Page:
Teaching Top Dogs New Tricks

In the criminal justice system, the judge is not the head of the heap. Don’t be fooled by the black robe – the honorable so and so sitting on up high flexing his gavel is not the most powerful person in the system.  The king of the hill is not the police chief or the cop on the beat or anyone in between. It’s not the prison warden. Not the sheriff. The top of the list is not even the legislature, maker of the laws.

The top dog? The prosecutor.

A prosecutor’s everyday decisions – about what to charge and how to prosecute – have a bigger impact than those of any other criminal justice official. Law professor and former public defender Angela J. Davis calls prosecutors “the most powerful officials in the criminal justice system.”

A big chunk of that power comes from keeping their decisions hidden from view.  It’s no wonder prosecutors like to call the shots from behind the bushes, Dick Cheney style:

Even when they are doing the right thing, they prefer to do so quietly.  When Bronx District Attorney Robert T. Johnson’s office decided in July to stop prosecuting people wrongfully arrested for trespass in public housing projects, there was no press conference.  After years of prosecuting trespass charges, Johnson’s office realized that the police were stopping and questioning people walking through public housing properties without reasonable suspicion that the person had committed any crime. This is a common enough practice among NYPD officers conditioned by the department’s stop and frisk policies.  It is also a violation of the U.S. Constitution.

As the Bronx’s top prosecutor, Johnson fired off a letter to the police letting them know that cops making these arrests would be interviewed before any prosecution would go forward. This is hardly radical stuff – it’s little more than checking in with the arresting officer to make certain the evidence is squared up before moving forward on a prosecution.  The letter – and the new policy it described – was kept quiet for two months. Trespass arrests in the Bronx dropped almost 40%.

Then the New York Times got a tip, and ran a story this past week on how the Bronx Prosecutor Deals Blow to Stop-and-Frisk Tactic . This was, wrote NYTimes reporter Joseph Goldstein, “the first known instance in which a district attorney has questioned any segment of arrests resulting from stop-and-frisk tactics.”  The New York Post immediately, gleefully reported that Mayor Bloomberg Blasts Bronx DA Robert Johnson for Soft Stance on Crime.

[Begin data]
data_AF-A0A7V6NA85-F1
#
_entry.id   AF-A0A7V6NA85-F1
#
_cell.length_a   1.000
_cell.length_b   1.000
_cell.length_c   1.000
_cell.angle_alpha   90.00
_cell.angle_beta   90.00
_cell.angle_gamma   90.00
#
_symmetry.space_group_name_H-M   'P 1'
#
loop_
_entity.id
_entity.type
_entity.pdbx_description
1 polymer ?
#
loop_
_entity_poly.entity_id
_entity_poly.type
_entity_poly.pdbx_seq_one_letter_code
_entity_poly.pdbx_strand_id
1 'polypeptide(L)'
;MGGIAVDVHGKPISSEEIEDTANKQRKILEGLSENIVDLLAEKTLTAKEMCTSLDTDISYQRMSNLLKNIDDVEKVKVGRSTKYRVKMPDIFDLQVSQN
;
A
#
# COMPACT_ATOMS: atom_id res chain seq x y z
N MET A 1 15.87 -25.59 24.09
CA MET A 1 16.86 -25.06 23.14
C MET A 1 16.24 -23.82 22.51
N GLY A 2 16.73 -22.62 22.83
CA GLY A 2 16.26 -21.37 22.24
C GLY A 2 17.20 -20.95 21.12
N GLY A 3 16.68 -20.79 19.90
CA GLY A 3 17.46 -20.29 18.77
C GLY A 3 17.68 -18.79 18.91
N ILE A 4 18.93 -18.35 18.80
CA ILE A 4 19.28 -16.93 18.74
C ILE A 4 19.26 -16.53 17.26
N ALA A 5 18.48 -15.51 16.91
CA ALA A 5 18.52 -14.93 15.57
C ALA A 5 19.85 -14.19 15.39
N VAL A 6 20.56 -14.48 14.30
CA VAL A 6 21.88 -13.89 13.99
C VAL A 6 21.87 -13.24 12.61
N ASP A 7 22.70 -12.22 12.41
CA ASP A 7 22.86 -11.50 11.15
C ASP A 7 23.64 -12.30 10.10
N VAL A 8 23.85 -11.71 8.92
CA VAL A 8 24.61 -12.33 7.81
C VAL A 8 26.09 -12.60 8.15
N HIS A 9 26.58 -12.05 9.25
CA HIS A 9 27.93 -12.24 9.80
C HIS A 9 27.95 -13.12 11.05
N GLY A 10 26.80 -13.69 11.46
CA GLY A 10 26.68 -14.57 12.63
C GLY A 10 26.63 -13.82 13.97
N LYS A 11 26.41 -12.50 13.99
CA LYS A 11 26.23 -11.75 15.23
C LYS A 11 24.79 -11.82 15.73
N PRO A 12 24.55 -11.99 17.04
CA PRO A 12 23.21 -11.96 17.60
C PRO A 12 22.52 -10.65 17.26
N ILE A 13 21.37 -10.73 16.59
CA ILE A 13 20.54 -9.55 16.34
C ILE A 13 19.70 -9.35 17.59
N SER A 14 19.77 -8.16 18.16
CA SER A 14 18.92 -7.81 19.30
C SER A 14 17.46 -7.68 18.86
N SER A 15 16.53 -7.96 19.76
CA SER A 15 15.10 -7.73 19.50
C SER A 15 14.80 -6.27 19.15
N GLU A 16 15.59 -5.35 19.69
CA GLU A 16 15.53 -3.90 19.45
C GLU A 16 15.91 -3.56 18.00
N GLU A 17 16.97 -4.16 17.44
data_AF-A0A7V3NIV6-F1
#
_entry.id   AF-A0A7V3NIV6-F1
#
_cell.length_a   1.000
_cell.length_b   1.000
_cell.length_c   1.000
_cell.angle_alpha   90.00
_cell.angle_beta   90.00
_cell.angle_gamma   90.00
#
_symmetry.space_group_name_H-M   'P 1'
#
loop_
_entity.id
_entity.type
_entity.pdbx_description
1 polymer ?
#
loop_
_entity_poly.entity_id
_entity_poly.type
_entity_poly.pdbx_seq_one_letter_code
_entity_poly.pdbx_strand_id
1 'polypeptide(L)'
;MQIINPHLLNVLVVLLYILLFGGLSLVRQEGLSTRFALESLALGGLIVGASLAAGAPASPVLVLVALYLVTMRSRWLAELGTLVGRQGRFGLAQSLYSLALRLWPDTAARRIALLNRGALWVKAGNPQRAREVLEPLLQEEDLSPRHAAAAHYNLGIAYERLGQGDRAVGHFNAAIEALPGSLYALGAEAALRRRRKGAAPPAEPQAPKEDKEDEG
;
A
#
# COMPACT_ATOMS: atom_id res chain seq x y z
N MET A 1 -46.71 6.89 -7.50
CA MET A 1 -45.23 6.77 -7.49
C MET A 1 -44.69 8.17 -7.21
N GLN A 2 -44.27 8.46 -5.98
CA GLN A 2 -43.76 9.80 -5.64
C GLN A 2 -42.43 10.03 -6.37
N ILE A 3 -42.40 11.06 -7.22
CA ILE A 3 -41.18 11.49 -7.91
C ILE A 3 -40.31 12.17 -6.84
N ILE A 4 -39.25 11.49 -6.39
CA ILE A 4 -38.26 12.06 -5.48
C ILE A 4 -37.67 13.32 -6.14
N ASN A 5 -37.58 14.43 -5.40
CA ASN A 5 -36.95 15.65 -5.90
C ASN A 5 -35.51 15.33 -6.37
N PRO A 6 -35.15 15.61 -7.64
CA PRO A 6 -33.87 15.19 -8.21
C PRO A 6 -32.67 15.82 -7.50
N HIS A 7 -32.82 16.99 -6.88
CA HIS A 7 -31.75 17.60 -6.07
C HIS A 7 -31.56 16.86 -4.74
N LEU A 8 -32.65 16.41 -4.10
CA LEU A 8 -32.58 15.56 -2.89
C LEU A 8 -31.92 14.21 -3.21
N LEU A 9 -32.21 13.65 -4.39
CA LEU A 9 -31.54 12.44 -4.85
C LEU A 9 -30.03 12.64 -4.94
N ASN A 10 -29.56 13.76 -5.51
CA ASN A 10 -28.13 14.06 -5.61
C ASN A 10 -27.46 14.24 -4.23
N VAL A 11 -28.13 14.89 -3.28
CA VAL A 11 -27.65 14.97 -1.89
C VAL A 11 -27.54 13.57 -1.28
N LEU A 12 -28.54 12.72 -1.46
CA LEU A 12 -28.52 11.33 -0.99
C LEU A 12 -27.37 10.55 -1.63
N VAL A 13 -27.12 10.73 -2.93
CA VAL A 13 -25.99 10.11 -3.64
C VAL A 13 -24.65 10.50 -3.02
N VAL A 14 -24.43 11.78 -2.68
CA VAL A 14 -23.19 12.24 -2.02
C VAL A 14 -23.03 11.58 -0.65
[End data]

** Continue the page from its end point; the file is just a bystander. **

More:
It’s too early to know how this conflict between Johnson and Bloomberg will play out. What the brouhaha brings up, though, is how unusual it is for a District Attorney to do what Johnson has done and set down a justice-seeking policy.

Prosecutors have a special role in the criminal process.  As a representative of the state, their job is not to simply try and win a conviction, but to “do justice.” In theory, at least, this means tossing out a case whenever he/she does not believe guilt can be proven beyond a reasonable doubt.  In practice, though, what usually happens is exactly the opposite.  Prosecutors prioritize winning a conviction, and use their institutional advantages to do so. The resulting range of prosecutorial misconduct, from overcharging to hiding exculpatory evidence, is not only depressingly routine, but almost never successfully challenged.

It’s no wonder we simply do not think of doing justice as part of the DA’s function.

But why not? District Attorneys are elected officials, and there are many places where justice would be best and most efficiently served by the actions of a justice-seeking DA.  Take the Court of Appeals for the Eleventh Circuit (please).  This August, it upheld the parts of anti-immigrant laws in Georgia and Alabama that allow police officers to ask for immigration papers of people they stop. Rather than deal with the likelihood of racial profiling, the Court weaseled around and suggested it could take up the problem in a future lawsuit. In reality, a lack of investigative resources, procedural bars, and problems of proof make such a lawsuit unlikely.

A Georgia or Alabama DA, on the other hand, can take a cue from the Bronx and set a policy that requires an interview of the arresting officer before any prosecution involving an inquiry into immigration status moves forward.  The chat with the arresting officer would simply ensure the traffic stop was not a result of racial profiling.  Oh look, a 40% drop in pretextual traffic stops.

Along a similar vein, District Attorneys who know certain units of the police force routinely charge individuals who talk back with disorderly conduct or resisting arrest can require an interview before accepting the charge. Justice-seeking policies to not prosecute children as adults, to refuse charges where the only witness is a paid informant, or to set a limit on the number of people charged with low level drug offenses are all within the discretion and power of a District Attorney.

It may seem unlikely that chief prosecutors, hell bent on winning convictions, will pause in their daily warfare against defense attorneys to establish justice-seeking policies. But there are a few places beyond the Bronx – San Francisco, Houston – where the unlikely has happened. And we’ll never know where else and what else can happen until we call them out from behind the bushes and insist.

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